BLU-RAY REVIEW: I Spit On Your Grave
Two versions of this horrific film hit hi-def home video...
For a great selection of film, comic and TV action figures and collectibles, check out BigBadToyStore.com, BriansToys.com, ToyWiz.com, PastGenerationToys.com, Urban-Collector.com, ToyDorks.com, MonkeyDepot.com, HobbyLinkJapan.com, and Sekaido.com.
To insure your action figure collection, get in touch with our sponsor Collectibles Insurance.
There are certain films which forever change the face of cinema and, while it's low on the list and low in the opinions of many moviegoers and critics, the 1978 rape revenge film I Spit on Your Grave (originally known as Day of the Woman) is one such film.
An emotionally raw and intense look at one woman's horrific experience and the lengths to which she'll go in order to see the men responsible dead, both the recently released remake and the original I Spit on Your Grave are now available on blu-ray thanks to Anchor Bay Entertainment.
Both films tell the same story: big city 20-something writer Jennifer Hills (Camille Keaton in the original, Sarah Butler in the remake) seeks solace and peace in the country to write her next book. However, the country's not all it's cracked up to be after Jennifer runs into a group of local boys who make her life a living - and literal - hell. After a brutal beating and gang rape which leaves Jennifer near dead, the men return to their regular, trashy lives. However, unbeknownst to them, they soon find themselves facing retribution, hate, and determination the likes of which they've never seen.
Both the original and the remake feature more gratuitous violence than necessary, the remake the most. While the original was made specifically to be risque at the time and had to contend with the MPAA 3 times before finally being given the go-ahead, the remake features an "Unrated" version which does it's best to contend with other violence and gore-riddled horror that's out there.
The original's production value was down right terrible, though Anchor Bay has done it's best to bring it up to hi-def standards. The video transfer features the expected graininess, lines and otherwise low quality; though colors are essentially as they were 30 years ago. The remake features a solid video transfer in 1080p with the lighting used and earthly tones giving the film a somewhat washed out, pale look. The video transfer from the original similarly featured a poor audio track, but the updated blu-ray has brought some of it back to life. The remake's soundtrack - Dolby TrueHD 5.1 lossless - delivers a fine audio, with proper use of the surround speakers, even with most of the film's audio through the front speaker.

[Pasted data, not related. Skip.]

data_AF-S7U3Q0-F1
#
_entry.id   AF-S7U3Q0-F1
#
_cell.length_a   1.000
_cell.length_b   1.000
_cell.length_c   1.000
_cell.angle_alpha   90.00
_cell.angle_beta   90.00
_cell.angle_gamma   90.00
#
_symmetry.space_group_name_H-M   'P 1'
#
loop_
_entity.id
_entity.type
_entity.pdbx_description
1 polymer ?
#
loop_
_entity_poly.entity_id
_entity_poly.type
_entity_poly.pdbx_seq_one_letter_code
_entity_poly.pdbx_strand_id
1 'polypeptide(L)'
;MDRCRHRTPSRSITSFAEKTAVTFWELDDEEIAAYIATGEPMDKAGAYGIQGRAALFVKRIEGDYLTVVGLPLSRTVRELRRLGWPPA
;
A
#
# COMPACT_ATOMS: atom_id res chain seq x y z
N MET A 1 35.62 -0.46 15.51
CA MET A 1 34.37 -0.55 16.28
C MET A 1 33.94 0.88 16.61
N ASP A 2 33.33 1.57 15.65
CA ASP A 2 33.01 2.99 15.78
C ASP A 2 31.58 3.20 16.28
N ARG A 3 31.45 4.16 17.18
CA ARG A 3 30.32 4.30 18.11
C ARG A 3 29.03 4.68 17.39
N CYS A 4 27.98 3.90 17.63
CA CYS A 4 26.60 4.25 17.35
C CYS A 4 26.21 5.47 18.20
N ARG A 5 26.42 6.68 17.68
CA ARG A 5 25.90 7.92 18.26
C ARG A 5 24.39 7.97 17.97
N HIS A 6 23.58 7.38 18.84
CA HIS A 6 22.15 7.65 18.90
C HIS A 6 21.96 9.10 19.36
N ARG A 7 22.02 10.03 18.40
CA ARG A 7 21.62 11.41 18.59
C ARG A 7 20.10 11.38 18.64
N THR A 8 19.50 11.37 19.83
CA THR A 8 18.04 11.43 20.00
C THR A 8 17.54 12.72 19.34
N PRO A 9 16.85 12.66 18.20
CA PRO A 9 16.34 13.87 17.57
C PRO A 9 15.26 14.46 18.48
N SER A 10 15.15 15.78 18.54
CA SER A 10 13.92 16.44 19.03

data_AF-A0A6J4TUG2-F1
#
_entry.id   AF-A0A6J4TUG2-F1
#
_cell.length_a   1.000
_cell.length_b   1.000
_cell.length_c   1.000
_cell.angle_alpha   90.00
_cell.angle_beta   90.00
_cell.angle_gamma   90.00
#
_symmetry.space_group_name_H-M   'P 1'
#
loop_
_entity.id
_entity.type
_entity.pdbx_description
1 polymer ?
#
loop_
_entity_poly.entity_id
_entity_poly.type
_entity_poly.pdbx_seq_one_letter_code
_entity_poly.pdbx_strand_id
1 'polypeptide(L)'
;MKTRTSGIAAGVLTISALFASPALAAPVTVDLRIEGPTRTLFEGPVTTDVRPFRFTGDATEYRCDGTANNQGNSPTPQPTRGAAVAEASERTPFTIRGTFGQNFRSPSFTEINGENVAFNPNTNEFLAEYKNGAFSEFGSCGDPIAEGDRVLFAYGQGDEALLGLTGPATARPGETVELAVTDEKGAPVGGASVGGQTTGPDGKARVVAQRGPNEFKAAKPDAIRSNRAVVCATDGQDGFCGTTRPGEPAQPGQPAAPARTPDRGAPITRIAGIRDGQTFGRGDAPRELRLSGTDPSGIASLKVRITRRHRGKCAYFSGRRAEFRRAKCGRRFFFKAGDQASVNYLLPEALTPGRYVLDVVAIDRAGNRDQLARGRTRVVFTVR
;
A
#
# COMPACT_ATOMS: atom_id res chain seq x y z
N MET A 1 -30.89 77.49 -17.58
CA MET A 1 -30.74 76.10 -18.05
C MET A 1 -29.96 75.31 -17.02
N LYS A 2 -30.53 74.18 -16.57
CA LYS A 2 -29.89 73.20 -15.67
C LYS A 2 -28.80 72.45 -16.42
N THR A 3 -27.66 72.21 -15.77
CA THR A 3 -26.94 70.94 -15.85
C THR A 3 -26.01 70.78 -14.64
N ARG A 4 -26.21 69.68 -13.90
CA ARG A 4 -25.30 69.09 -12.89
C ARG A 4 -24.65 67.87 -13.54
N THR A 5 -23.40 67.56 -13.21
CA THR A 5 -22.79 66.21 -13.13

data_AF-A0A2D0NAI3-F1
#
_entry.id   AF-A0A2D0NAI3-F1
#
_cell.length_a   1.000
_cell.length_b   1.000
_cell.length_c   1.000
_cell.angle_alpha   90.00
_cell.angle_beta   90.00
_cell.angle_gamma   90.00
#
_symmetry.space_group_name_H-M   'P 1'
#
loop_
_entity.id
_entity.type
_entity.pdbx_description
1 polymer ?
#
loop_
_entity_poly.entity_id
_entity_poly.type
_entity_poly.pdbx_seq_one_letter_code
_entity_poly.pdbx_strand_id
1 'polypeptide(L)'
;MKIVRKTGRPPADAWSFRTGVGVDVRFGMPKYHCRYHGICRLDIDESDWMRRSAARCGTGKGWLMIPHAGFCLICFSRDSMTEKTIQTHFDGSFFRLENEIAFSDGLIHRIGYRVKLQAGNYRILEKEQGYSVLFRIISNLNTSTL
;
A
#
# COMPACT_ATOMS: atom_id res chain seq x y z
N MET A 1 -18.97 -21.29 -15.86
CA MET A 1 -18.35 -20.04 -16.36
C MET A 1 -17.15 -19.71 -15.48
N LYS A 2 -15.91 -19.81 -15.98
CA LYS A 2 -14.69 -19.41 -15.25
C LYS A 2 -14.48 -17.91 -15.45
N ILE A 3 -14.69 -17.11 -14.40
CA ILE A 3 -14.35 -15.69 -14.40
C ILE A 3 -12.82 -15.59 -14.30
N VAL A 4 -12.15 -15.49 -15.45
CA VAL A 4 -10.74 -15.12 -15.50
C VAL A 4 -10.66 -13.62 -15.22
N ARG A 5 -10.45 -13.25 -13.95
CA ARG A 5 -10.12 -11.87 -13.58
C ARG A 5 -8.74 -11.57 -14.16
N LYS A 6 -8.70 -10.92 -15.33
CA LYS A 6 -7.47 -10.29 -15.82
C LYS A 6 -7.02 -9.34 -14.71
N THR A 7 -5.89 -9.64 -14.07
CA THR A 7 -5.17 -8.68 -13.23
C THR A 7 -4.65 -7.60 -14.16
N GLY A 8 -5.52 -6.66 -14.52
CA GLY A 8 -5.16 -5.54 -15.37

As for special features, the original features an audio commentary with both writer/director Meir Zarchi and author/historian Joe Bob Briggs. Both commentary discuss the film's cult status as well as the film's role in film culture. Briggs' commentary is more impressive of the pair. Other special features include "The Values of Vengeance: Meir Zarchi Remembers I Spit on Your Grave," a 30 minute look back at the film, the reactions of viewers and critics, and the remake. Other special features include an alternate main title sequence, a number of radio spots and trailers, and a poster and still gallery.
The remake features a number of special features as well, including an audio commentary with director Steven R. Monroe and producer Lisa Hansen, who talk about the film's rating, the differences and similarities between the original and remake, and the film and character extremes seen in the film. A 17 minute "The Revenge of Jennifer Hills: Remaking a Cult Icon" which chats with cast and crew about the updated film. Also included are a number of deleted scenes, trailers, and a short radio spot. Lastly, a digital copy is also included for those with a portable digital device.
Director Meir Zarchi, who brought the original to life, created what many would consider a cult classic. Now, 30 years later, Steven R. Monroe has tried to do it justice. Unfortunately, the modern remake fails in that it features all (and more!) of the violence and gore in the original, but somehow lacks the social context which made the original so thought-provoking.
Not for the faint of heart...and probably not even for those who have a strong stomach, both the original and the remake of I Spit on Your Grave are only for those moviegoers who find something worth while about the torture films of recent years. Both versions of I Spit on Your Grave are available now on blu-ray wherever home video is sold.
- Jess C. Horsley